Ok, but I did find this part here: http://www.partstrain.com/ShopByDepartment/Voltage_Regulator/FORD/TAURUS/2002

What repair manual are you looking at? I’ve got a Haynes that I purchased but am at work right now and will be looking when I get home this morning.

That part is the voltage regulator which is inside the alternator housing.

As to the single wire I mentioned previously, I stand corrected, there is none.

Ok, thanks. So it’s still possible that even though the alternator may test good that the voltage regulator inside it may not be. One thing I saw was this on justanswer.com:

Steve :
what turns the light on is the voltage regulator. The voltage rgulator is bad and is turning the light on. The voltage regulator is attached to the back of the alternator, Unfortunately this does not get replaced with a rebuild. or a so called new alternator…

The last part makes no sense because it seems a rebuilt must by definition include a “new” VR.

I’m going to take it in this Friday and have it hooked to a scope. I see no alternative.

Chrysler products for many years from the late '80’s to possibly current models had/have the regulator in the ECM. Common failure, many were converted to external regulator rather than replacing the ECM.

This doesn’t help this guy though, sorry for straying off course.

NP. Thanks for all the help I have received.

Guess I may as well disconnect and clean all the wires first though. Maybe I’ll get lucky.

I use ALLDATA, which is one of the most common sources of professional repair info (I own an auto repair shop). It indicates that the voltage regulator is not sold separately by Ford, and is only available with the complete alternator assembly. I have not called a Ford dealer to verify this, but ALLDATA essentially repackages factory repair info, so I have no reason to doubt it. I also checked with one of my main local parts sources, part of a nationwide chain, and they don’t list a separate regulator.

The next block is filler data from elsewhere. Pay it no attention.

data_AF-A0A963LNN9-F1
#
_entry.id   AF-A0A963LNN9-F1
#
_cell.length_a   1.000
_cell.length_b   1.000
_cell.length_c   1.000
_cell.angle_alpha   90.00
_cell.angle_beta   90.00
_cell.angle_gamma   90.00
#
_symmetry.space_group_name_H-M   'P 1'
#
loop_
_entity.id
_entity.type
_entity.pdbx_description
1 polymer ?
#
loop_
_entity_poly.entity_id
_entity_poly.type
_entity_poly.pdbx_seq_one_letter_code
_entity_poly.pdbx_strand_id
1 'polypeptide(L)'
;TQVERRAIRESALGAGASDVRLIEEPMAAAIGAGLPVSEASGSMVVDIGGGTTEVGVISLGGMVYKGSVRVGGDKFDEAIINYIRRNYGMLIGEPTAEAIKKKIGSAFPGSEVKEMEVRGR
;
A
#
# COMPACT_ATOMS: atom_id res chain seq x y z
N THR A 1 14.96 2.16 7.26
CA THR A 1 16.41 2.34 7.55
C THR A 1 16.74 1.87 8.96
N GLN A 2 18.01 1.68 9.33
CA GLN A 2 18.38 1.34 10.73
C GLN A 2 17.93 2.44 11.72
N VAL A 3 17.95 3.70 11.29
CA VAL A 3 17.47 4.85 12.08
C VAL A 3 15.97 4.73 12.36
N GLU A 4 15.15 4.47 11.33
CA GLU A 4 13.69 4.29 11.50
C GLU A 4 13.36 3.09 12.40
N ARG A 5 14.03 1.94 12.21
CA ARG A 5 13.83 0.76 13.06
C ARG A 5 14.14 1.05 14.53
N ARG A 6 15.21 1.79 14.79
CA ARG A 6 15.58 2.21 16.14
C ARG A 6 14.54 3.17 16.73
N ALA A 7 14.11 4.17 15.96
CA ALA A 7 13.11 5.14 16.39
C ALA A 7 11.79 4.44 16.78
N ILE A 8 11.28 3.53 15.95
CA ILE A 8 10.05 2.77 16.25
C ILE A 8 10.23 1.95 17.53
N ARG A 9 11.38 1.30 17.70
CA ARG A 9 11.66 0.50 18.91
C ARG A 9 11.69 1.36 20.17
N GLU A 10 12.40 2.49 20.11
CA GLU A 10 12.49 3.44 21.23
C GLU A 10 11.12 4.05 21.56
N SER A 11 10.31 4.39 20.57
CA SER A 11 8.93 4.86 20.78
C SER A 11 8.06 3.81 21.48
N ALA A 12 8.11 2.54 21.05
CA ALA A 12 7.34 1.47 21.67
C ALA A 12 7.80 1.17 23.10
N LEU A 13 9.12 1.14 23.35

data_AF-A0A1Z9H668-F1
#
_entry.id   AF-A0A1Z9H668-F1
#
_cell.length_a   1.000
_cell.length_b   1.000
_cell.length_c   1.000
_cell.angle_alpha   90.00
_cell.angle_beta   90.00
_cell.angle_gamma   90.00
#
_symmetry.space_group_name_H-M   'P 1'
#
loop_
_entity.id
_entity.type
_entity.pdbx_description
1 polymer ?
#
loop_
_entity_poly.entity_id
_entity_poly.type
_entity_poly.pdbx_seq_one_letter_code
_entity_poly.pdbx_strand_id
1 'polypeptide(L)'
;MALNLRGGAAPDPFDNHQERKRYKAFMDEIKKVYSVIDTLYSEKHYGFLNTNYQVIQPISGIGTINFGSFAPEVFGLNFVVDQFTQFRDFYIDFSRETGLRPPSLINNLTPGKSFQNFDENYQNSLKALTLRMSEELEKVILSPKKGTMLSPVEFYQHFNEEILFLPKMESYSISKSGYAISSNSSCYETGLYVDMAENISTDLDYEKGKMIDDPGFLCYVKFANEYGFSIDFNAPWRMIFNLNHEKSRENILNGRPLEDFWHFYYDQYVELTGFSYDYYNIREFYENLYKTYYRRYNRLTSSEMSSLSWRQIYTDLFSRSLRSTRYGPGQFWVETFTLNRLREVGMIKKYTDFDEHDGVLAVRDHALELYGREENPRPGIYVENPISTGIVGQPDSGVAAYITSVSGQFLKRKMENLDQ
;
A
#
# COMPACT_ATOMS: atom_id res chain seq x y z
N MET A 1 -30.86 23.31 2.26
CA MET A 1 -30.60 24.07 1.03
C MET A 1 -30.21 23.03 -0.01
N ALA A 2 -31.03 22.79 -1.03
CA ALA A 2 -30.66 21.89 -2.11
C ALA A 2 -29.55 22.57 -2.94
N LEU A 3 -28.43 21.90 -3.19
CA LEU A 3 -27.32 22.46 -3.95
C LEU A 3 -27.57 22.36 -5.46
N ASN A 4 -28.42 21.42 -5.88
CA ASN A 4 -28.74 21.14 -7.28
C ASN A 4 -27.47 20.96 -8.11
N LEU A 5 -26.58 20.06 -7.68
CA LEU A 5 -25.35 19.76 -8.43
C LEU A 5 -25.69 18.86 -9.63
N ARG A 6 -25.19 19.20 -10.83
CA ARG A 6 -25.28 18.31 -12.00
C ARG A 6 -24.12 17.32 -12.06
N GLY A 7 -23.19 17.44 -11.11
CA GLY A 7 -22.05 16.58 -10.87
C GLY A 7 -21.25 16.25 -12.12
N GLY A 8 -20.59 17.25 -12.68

There was a time when alternator components were readily available – regulators, stators, brushes, bearings, etc. – and alternators were commonly rebuilt in the field. The market has evolved to where rebuilding by repair shops is rare to nonexistent (except by some specialty electrical shops) and the standard repair is to replace the whole unit. Part of the rationale for this is that when one component has failed, others are likely to follow soon. You might replace the regulator only to have, say, the brushes go out within a few months. This type of scenario often results in unhappy customers, so shops avoid doing partial repairs. By replacing the whole unit, they minimize the chance of having to deal with “You just fixed my alternator, and now it’s not working!” That regulator may well be available as you’ve found, but not through typical sources that most repair facilities use.

Yes, but I think more thorough testing would indicate a faulty regulator.

Bolding mine. Yes, you’re right. There are new alternators available, and they are completely new. Of course some will call a rebuilt alternator “new,” just as people often call the used car they just bought “my new car.” This is likely what he means by “so called new alternator.” It may be that some rebuilds reuse regulators that test good on the bench, however I suspect (but don’t know for certain) that the higher quality rebuilds routinely put in a new regulator.